The Spleen in Chinese medicine (unlike the other organs) does not directly correlate with the physical organ as we know it in western medicine. In Chinese medicine It is the organ primarily dealing with “transformation and transportation” or digestion – it governs the extraction and distribution of nutrients from food and water to create qi (energy) and blood. The spleen is said to be the source of qi and the organ where we store qi, therefore it has a big impact on our energy levels. It is said to control upright (or lifting) qi and therefore is related to various kinds of organ prolapses. It is said to govern muscles and relates to muscle strength. It holds blood in the vessels so is involved in bleeding disorders. It opens into the mouth, manifests in the lips, and controls saliva. It houses the intellect, and relates to concentrating, studying and memorizing. Thinking too much (often about the past), brooding, obsessive thinking and worry tend to injure the spleen. The spleen is also weakened by dampness. The time of day associated with the spleen is 9am-11am.

Health problems associated with the Spleen:
Digestive problems, diarrhea, poor appetite, abdominal distension, nausea and vomiting, malnutrition, lassitude and lethargy, edema, weak/atrophied muscles, dislike of speaking, shortness of breath, chilliness, cold limbs, excessive bleeding (bruises under the skin, excessive menstrual flow, uterine bleeding, bloody stools), organ prolapse (such as uterus, bladder, pelvic organs) hemorrhoids, white vaginal discharge, frequent and urgent urination, heaviness of the head and body.

The stomach receives food and begins the process of digestions with stomach acids. It passes the food along to the small intestine. Thus is it said to control receiving (of food), and it the prepares the food for the spleen to extract the essence from the food. In Chinese medicine it controls the descending of energy. It is said to easily be harmed by fire agitating the mind causing manic behavior, isolation, uncontrolled talking, violent behavior, mental confusion, severe anxiety, hyperactivity and hypomania. the time of day associated with the stomach is 7am-9am.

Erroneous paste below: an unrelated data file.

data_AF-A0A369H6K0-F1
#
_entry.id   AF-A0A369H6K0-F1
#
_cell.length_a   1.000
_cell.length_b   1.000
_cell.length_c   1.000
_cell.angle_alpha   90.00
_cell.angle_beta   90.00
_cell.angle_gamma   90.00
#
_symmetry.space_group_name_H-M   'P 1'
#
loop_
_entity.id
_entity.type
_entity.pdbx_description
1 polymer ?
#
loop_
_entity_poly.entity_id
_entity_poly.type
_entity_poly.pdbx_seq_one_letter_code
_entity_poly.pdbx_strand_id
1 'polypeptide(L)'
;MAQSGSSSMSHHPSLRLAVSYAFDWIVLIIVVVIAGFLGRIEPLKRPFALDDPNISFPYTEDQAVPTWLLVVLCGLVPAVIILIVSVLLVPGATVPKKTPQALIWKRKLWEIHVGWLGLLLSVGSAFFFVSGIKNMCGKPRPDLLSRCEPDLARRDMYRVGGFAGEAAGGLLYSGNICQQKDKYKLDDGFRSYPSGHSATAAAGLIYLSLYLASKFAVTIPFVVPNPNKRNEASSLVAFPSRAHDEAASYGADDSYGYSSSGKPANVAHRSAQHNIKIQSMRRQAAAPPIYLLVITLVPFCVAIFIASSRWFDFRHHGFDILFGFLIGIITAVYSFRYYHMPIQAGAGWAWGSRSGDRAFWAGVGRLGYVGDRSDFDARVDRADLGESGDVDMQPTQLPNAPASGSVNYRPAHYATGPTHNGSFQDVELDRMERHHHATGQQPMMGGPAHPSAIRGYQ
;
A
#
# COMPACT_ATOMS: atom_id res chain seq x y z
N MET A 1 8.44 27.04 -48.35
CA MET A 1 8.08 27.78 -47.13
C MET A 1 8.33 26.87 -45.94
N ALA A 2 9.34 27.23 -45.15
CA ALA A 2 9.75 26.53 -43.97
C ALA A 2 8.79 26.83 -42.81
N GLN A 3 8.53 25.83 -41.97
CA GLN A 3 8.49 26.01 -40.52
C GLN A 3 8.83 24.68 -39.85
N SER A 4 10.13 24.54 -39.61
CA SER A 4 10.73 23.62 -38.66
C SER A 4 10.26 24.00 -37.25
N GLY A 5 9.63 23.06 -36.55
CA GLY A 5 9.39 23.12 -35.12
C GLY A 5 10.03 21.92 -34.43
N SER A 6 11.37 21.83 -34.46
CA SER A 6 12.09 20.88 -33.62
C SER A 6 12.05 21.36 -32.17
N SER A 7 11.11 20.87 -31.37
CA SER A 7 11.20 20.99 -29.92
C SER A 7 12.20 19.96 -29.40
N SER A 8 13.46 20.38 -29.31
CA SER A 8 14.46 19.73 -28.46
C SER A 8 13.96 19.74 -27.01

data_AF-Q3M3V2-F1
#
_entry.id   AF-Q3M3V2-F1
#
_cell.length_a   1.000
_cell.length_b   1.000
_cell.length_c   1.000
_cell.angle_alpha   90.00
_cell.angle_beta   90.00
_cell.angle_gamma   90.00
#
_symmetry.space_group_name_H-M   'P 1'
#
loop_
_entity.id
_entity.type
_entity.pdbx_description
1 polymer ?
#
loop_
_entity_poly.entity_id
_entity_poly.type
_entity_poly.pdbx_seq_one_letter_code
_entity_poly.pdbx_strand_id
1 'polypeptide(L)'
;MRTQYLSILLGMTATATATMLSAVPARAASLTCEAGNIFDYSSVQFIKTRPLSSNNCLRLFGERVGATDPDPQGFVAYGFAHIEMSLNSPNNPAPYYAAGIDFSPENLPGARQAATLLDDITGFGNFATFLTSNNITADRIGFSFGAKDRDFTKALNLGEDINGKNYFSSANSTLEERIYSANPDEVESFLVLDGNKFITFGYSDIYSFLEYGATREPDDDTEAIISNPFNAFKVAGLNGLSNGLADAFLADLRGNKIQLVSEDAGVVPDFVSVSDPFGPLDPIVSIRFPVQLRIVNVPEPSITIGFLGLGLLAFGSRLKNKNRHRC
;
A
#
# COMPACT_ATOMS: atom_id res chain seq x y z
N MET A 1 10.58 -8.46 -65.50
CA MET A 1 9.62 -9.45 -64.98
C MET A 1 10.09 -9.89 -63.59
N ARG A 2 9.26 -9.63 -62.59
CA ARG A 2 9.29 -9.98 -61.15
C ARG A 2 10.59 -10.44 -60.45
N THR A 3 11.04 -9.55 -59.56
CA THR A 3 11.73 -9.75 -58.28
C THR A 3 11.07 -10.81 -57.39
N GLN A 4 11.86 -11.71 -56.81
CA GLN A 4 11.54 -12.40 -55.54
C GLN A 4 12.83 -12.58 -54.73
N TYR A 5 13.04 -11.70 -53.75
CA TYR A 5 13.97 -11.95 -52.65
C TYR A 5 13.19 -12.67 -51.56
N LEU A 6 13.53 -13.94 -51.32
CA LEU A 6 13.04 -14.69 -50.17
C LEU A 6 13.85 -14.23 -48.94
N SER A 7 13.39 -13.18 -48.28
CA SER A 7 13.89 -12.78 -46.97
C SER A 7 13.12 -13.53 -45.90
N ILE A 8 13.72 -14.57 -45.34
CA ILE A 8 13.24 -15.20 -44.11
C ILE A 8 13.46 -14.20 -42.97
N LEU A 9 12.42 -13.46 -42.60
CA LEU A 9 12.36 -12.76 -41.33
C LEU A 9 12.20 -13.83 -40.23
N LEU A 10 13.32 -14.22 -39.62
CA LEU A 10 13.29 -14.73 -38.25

Health problems associated with the Stomach:
Distension fullness and pain (could be stabbing pain) in the epigastrium and abdomen, vomiting, belching, hiccups, anorexia, insomnia, foul breath, thirst, voracious appetite, easily hungry, or hunger with no desire to eat, swelling and pain or ulceration and bleeding of the gums, constipation, mucus or blood in stools, mental derangement,

If you or a loved one or acquaintance are experiencing any of these health conditions, now would be an ideal time to be proactive in addressing them. Chinese medicine can help. Feel free to pass this newsletter on to them. I appreciate referrals.

Research Highlights

Chinese herbal medicine for IBS
Standard and individualized herbal treatments help alleviate IBS symptoms. Individualized treatment lead to more long term benefits.

Acupuncture for IBS
In six randomized controlled trials acupuncture significantly helped control IBS symptoms.

Acupuncture for Nausea and Vomiting More
then 40 randomized controlled trials show that post-operative, chemotherapy, and pregnancy induced nausea and vomiting is attenuated by acupuncture.

Acupuncture for Anorexia
Acupuncture reduced eating concerns, and helped participants feel more calm.

Feel free to send this email on to anyone you think may enjoy reading it. Wishing you all a grounded end of your summer.

Johanna Granger
Acupuncturist and Herbalist